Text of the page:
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I have been interested in nature for most of my life but since I retired I spend as much time as I can exploring the nature reserves and wildlife hotspots of my adopted home, Dorset in southern England. Whilst out I record what I see and take snaps where I can (I am no photographer!) and that forms the basis of my Nature of Dorset website. When I find something new I like to research it and write about it in my nature notes, it is how I learn and hopefully you might find my notes helpful as well!

This website is for the people of Dorset interested in wildlife and for people from elsewhere interested in the wildlife of Dorset!

25 March, 2014

Colts-foot: Its not the cough that carries you off its the coffin they carry you off in

March is all about looking for signs of spring as far as I am concerned. After those long bleak winter months with little of interest to see, the anticipation of spring bursting upon us in April just seems too long to wait and so March is full of expectation. Actually there is not always that much sign of life in March so little hints of spring lift the spirit and what signs there are are more visible because of lack of competition from other species. So it is with colt's-foot (Tussilago farfara); the bright yellow flowers
standing out in the surrounding dullness.
Colt's-foot is a member of the daisy family and is related to the dandelion types of compositeae. Indeed, its bright yellow-rayed flower may often be dismissed as a dandelion but it is worth a closer look. It grows on bare patches of ground where the earth may be quite thin and it can be seen frequently on the tracks of old railway lines for this very reason. It flowers in March and is soon over. In keeping with its family ties those yellow flowers will quickly turn to fluffy seed heads to be dispersed by the March winds and then all signs of the plant will be gone for another year until it pops back up again to remind us that spring will not be long coming.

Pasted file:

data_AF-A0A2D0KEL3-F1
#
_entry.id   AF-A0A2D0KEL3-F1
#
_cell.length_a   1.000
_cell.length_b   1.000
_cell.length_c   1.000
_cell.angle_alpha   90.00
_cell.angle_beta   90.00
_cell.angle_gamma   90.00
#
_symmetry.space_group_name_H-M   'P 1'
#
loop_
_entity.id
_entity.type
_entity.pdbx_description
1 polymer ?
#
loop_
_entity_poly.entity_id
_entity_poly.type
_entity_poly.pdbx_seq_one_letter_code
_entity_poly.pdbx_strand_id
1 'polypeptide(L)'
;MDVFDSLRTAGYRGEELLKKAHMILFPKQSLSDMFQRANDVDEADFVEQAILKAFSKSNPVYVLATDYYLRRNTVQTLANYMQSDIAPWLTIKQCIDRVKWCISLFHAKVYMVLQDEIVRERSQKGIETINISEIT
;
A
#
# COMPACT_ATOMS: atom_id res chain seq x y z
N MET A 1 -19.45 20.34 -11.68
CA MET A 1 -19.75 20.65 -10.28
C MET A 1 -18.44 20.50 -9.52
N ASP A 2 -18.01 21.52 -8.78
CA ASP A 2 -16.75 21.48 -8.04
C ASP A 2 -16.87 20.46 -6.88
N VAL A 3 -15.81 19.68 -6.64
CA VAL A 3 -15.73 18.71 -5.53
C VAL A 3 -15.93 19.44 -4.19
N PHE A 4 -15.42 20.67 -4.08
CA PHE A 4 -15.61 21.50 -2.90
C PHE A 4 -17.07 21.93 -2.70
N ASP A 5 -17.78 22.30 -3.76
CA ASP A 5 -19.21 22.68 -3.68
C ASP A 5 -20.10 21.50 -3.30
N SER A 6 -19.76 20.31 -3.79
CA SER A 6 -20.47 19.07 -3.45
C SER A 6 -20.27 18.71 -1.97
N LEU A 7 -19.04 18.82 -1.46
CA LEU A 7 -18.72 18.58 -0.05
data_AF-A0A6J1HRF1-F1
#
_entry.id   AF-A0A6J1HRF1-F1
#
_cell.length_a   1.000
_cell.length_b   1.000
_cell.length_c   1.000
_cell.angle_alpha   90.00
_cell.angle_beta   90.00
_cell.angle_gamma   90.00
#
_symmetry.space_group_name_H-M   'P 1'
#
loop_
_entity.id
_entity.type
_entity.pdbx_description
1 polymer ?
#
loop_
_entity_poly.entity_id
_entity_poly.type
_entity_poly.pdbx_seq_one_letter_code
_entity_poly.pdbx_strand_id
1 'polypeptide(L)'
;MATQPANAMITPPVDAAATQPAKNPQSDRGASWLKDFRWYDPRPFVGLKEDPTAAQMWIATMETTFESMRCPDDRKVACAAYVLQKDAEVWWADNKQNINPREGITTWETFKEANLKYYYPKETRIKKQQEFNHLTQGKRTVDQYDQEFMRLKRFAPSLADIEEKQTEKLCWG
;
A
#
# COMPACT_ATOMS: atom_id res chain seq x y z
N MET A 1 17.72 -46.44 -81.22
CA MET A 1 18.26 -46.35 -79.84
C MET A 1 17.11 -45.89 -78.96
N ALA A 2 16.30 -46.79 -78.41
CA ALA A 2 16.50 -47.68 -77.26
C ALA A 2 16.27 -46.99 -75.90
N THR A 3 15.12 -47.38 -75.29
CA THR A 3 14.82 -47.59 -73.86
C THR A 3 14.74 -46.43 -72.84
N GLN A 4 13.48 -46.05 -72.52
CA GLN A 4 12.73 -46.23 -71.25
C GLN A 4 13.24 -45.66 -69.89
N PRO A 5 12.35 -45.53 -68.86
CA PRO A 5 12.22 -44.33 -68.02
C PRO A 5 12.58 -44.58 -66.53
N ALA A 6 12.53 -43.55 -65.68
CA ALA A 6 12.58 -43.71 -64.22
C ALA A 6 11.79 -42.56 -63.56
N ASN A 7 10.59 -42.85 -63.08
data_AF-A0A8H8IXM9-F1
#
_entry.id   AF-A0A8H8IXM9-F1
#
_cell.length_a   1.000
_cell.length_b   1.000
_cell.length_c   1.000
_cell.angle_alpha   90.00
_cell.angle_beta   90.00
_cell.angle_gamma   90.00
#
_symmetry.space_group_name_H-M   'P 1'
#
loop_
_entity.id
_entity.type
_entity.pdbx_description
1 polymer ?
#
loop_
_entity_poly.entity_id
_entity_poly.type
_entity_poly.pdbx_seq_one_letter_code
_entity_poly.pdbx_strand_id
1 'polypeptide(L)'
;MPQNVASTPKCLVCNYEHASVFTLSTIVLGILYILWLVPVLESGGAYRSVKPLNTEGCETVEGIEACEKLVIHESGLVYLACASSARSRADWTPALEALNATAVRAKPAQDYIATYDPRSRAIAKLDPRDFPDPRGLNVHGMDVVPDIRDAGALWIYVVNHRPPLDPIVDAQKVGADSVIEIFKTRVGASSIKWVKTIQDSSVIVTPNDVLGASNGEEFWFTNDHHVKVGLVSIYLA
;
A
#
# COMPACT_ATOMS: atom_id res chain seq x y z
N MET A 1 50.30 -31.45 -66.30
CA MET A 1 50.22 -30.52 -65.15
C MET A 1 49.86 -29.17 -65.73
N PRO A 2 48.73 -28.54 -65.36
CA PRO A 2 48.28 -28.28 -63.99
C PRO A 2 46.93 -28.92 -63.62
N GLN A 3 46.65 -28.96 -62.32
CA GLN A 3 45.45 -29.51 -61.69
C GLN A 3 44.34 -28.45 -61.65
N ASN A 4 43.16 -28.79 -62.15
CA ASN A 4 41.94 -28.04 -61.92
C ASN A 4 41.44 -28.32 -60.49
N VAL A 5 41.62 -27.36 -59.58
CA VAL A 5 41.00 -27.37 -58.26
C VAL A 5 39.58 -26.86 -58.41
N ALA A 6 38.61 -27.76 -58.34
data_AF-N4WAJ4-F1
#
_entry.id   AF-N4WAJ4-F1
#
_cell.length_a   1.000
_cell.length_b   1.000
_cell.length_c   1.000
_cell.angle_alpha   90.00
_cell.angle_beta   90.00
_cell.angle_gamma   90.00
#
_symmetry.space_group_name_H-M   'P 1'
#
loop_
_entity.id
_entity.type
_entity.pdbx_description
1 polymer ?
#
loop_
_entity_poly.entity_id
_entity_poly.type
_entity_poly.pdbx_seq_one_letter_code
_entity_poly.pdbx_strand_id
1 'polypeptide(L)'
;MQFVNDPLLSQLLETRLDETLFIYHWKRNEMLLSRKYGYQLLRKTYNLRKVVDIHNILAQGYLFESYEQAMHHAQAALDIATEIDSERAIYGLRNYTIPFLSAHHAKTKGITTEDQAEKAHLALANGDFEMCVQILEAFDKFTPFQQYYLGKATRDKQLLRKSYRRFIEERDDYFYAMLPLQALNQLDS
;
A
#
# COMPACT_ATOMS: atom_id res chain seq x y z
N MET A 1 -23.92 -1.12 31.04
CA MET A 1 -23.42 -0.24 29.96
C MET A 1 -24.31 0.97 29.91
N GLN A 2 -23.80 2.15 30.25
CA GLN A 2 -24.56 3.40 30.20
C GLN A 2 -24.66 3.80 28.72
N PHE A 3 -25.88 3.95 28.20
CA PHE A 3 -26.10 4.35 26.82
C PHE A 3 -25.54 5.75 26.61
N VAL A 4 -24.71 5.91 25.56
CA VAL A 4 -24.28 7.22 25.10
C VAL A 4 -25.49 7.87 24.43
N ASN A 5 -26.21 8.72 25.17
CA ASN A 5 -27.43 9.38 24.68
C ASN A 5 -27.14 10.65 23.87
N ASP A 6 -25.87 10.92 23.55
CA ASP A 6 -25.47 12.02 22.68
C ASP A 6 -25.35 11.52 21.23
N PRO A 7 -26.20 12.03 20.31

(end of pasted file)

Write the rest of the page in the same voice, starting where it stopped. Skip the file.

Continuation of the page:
Colt's-foot is so called because of the shape of its leaves although I think you need quite a vivid imagination to make the connection! In researching this I was surprised to find that colt's-foot was used as a herbal remedy for coughs and in some places it is called coughwort. Now coughwort does need a great deal of corruption to become colt's-foot does it? Before you rush out and pick some to cure that nagging cough you should be aware of this warning that appears on the Internet: 
"Colt's-foot is considered UNSAFE. It contains chemicals called hepatotoxic pyrrolizidine alkaloids that can damage the liver or cause cancer."
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